While Dessoir and Albert Moll worked on the public repudiation of occult remnants in hypnotism, Schrenck tackled a related issue, namely, du Prel's recent embracing of Reichenbach's concept of the so-called “odic force,” which bore close resemblance to the “magnetic fluid” of mesmerism. Karl Ludwig von Reichenbach (1788–1869), the discoverer of paraffin and creosote, claimed to have discovered a subtle force that was supposed to be visible to specially predisposed persons or “sensitives.” After the SPR had failed to replicate Reichenbach's findings and concluded that most effects reported by his “sensitives” were likely due to unwitting suggestion by the experimenter, the scientific cash value of the “odic force” diminished considerably in psychical research.49 Still, du Prel, who did not read English and was generally not very interested in the SPR work, would ignore the argument from suggestion and, from the early 1890s onward, increasingly framed his own ideas in terms of Reichenbach's “odic force” (see, e.g., du Prel, 1890, 1894, 1899). In 1891, Schrenck reissued one of Reichenbach's studies to show, through a preface and numerous annotations, that the effects reported by Reichenbach were due to nothing but suggestion (Schrenck-Notzing, 1891c).50
The year 1892 saw further events that proved significant for the careers of Dessoir and Schrenck. Dessoir continued his path into the safe havens of academia by obtaining his second doctorate, that is, an MD degree with a thesis on the “Hautsinn” (“skin sense”), as well as his habilitation (the German formal precondition to obtain a professorship).51 Schrenck, who by now had earned international repute as an authority in both hypnotism and sexology en par with authors such as August Forel, Richard von Krafft-Ebing, Havelock Ellis, and Albert Moll, published a highly acclaimed book on the hypnotherapeutic “treatment” of homosexuality (Schrenck-Notzing, 1892) and continued his successful practice as a physician and hypnotherapist. Along with Moll, Sigmund Freud, and other renowned authors, both Schrenck and Dessoir joined the editorial board of the newly founded Zeitschrift für Hypnotismus (Journal of Hypnotism), which coincided with Hübbe-Schleiden's decision to change the focus of the Sphinx from psychical research to theosophy. This prevented Dessoir and Schrenck from continuing to associate their names (and even pseudonyms) with the Sphinx, and by 1893, du Prel also ceased to supply the journal with articles.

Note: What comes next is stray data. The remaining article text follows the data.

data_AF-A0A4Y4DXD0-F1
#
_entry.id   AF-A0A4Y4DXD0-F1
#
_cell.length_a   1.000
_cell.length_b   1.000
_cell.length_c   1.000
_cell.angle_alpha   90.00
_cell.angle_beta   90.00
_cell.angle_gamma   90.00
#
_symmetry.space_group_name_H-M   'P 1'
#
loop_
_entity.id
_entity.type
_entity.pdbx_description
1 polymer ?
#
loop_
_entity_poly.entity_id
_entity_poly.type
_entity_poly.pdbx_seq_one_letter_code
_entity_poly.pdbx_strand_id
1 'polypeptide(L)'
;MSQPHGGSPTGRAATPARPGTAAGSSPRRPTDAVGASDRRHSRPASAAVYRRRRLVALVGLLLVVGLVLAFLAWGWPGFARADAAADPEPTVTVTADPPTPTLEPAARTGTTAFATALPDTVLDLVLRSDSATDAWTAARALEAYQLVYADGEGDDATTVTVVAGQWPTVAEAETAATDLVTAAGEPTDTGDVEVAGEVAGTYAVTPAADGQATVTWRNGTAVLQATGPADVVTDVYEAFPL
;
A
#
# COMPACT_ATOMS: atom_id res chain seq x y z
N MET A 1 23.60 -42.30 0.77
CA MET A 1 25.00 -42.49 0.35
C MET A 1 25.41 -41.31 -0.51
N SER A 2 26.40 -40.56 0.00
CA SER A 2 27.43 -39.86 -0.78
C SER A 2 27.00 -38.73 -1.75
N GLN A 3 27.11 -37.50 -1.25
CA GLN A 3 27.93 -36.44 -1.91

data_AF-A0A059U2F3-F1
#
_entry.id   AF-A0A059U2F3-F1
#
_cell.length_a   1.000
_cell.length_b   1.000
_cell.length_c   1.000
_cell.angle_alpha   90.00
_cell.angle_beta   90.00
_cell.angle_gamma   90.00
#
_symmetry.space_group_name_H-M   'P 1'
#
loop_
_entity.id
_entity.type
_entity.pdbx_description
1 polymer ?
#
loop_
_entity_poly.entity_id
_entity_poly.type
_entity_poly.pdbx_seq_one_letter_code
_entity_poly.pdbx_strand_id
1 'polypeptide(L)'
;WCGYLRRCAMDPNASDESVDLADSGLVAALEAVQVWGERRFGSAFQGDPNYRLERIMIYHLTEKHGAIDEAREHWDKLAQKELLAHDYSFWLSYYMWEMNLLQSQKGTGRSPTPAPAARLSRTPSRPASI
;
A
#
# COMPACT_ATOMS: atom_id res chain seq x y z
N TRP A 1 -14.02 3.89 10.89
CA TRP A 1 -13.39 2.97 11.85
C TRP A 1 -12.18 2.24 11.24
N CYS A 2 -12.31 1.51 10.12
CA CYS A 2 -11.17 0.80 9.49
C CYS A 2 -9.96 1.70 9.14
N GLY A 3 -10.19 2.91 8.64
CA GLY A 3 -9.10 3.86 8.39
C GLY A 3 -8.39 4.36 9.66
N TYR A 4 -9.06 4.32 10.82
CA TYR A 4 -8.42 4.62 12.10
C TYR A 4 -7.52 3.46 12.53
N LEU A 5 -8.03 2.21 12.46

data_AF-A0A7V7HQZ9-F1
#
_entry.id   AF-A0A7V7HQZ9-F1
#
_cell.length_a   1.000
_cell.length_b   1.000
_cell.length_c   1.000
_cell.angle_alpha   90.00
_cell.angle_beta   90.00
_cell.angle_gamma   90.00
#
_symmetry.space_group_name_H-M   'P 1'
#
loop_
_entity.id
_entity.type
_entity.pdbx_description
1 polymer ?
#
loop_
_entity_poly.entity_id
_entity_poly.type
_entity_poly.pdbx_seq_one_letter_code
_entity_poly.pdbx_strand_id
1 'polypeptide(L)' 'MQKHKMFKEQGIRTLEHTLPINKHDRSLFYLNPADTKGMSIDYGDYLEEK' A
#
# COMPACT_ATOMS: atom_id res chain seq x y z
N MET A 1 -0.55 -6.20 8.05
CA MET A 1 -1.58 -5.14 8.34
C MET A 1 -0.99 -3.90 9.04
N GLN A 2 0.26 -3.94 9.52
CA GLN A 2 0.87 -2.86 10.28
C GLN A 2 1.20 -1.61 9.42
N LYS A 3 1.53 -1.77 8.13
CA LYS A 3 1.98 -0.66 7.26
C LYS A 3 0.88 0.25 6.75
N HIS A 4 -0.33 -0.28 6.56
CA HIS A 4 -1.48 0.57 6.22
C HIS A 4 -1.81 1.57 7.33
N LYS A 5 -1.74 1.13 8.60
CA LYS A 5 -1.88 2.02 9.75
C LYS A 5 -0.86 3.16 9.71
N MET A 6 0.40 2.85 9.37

Also in 1892, Wilhelm Wundt launched another strike against psychical research in an essay on hypnotism published in his Philosophische Studien and separately as well as in the second edition of his Lectures on Human and Animal Psychology. Both texts contained direct attacks on the psychological societies in Munich and Berlin (Wundt, 1892, passim; 1894, pp. 335–336). After Münsterberg had been won over by Dessoir and Schrenck and would now attack du Prel only (Münsterberg, 1892, p. 113), the gist of the argument presented by the father of German academic psychology was that scientific psychologists ought to steer clear from hypnotism because of its associations with the “occult.”52 Despite visible and apparently radical changes in their research foci and epistemological orientation, Wundt expressed serious concerns about the work of the psychological societies in Berlin and Munich and of their equivalents in England and France. Wundt was particularly concerned about the active involvement of such societies in the making of scientific psychology as reflected in the first International Congress in 1889 and the impending second Congress in London, which was organized by the SPR (Henry Sidgwick served as president, and, together with James Sully, Frederic Myers as secretary). As in his 1879 pamphlet, Wundt warned that empirical research of supernormal phenomena undermined cultural progress by offering inroads for superstition and magical thinking, which Wundt continued to view as fundamental threats for the social, religious, and moral order and modern civilization.53 Dessoir, who would later write in his memoirs that following his 1889 article on the scope and methods of the psychological societies both Wundt and Oswald Külpe had “raised their warning voice” (Dessoir, 1947a, p. 127), reviewed Wundt's hypnotism paper in the Zeitschrift für Hypnotismus. Expressing his complete agreement with Wundt's concerns about the disastrous societal consequences of superstition, Dessoir begged to differ regarding Wundt's portrayal of modern hypnotism research as conducted by the GfpF (Dessoir, 1892). Schrenck, however, seemed anxious to avoid any associations with psychical research at the London Congress, in which he was visible only as a discussant of a paper by Edgar Bérillon on hypnotism as a pedagogic tool (Bérillon, 1892) whereas Dessoir again did not seem to have attended.